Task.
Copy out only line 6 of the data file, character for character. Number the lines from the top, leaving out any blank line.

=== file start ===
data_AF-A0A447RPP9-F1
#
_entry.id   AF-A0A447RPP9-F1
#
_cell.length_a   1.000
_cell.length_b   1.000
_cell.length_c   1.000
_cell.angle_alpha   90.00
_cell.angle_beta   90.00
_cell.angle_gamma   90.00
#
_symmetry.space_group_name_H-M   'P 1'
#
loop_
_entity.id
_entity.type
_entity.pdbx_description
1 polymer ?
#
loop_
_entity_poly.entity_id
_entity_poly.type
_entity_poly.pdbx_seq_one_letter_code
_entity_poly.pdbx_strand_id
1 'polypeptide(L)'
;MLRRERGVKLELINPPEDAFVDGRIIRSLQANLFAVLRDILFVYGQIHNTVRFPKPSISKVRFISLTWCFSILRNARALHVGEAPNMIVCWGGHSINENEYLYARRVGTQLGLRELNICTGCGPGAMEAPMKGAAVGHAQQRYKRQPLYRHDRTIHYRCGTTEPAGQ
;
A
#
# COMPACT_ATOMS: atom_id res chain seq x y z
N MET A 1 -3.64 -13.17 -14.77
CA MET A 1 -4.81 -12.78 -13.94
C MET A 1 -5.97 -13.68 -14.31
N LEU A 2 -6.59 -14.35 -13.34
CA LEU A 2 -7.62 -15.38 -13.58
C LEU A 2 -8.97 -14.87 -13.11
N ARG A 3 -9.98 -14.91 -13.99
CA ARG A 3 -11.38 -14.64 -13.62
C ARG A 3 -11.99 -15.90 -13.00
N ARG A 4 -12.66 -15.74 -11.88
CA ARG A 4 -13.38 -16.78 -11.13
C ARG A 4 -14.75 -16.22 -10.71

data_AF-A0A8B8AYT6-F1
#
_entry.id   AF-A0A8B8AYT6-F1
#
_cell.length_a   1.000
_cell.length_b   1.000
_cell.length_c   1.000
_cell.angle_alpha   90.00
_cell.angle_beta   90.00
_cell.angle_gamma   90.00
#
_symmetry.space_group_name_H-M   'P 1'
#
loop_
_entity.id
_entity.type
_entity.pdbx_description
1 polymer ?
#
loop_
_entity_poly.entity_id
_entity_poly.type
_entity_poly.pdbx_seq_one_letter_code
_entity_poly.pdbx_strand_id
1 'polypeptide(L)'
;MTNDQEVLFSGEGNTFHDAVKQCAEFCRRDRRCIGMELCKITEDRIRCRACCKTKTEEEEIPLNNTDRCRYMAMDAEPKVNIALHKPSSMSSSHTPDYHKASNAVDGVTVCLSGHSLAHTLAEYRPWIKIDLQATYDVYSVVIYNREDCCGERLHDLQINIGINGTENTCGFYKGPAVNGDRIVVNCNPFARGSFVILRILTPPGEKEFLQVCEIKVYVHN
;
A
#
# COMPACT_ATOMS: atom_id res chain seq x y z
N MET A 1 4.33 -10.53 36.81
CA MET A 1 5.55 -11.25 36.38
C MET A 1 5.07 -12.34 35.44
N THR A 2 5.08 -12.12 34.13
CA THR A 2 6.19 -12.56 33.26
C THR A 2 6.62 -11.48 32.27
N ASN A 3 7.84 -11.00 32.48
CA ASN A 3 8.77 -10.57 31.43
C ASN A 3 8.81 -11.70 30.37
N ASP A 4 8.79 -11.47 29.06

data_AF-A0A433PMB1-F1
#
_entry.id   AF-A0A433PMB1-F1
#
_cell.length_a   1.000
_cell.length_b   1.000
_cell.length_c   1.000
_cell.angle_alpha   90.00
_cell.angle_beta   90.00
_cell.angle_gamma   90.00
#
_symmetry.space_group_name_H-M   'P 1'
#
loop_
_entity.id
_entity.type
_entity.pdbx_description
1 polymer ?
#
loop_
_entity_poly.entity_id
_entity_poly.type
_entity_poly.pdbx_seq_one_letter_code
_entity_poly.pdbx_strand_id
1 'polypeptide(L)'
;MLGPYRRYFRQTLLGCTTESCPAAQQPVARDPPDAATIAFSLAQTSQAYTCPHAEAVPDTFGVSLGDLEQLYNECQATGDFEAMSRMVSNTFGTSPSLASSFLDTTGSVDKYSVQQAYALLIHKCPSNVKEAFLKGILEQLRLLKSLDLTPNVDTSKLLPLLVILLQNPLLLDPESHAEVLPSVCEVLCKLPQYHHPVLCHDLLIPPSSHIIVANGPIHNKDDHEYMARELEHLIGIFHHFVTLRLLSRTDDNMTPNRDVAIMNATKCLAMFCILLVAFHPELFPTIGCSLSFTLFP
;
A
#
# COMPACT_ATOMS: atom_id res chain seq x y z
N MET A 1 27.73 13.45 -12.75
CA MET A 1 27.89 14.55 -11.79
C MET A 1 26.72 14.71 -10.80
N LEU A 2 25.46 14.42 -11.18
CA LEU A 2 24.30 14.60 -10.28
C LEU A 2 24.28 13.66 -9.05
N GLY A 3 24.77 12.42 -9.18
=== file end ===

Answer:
_cell.length_b   1.000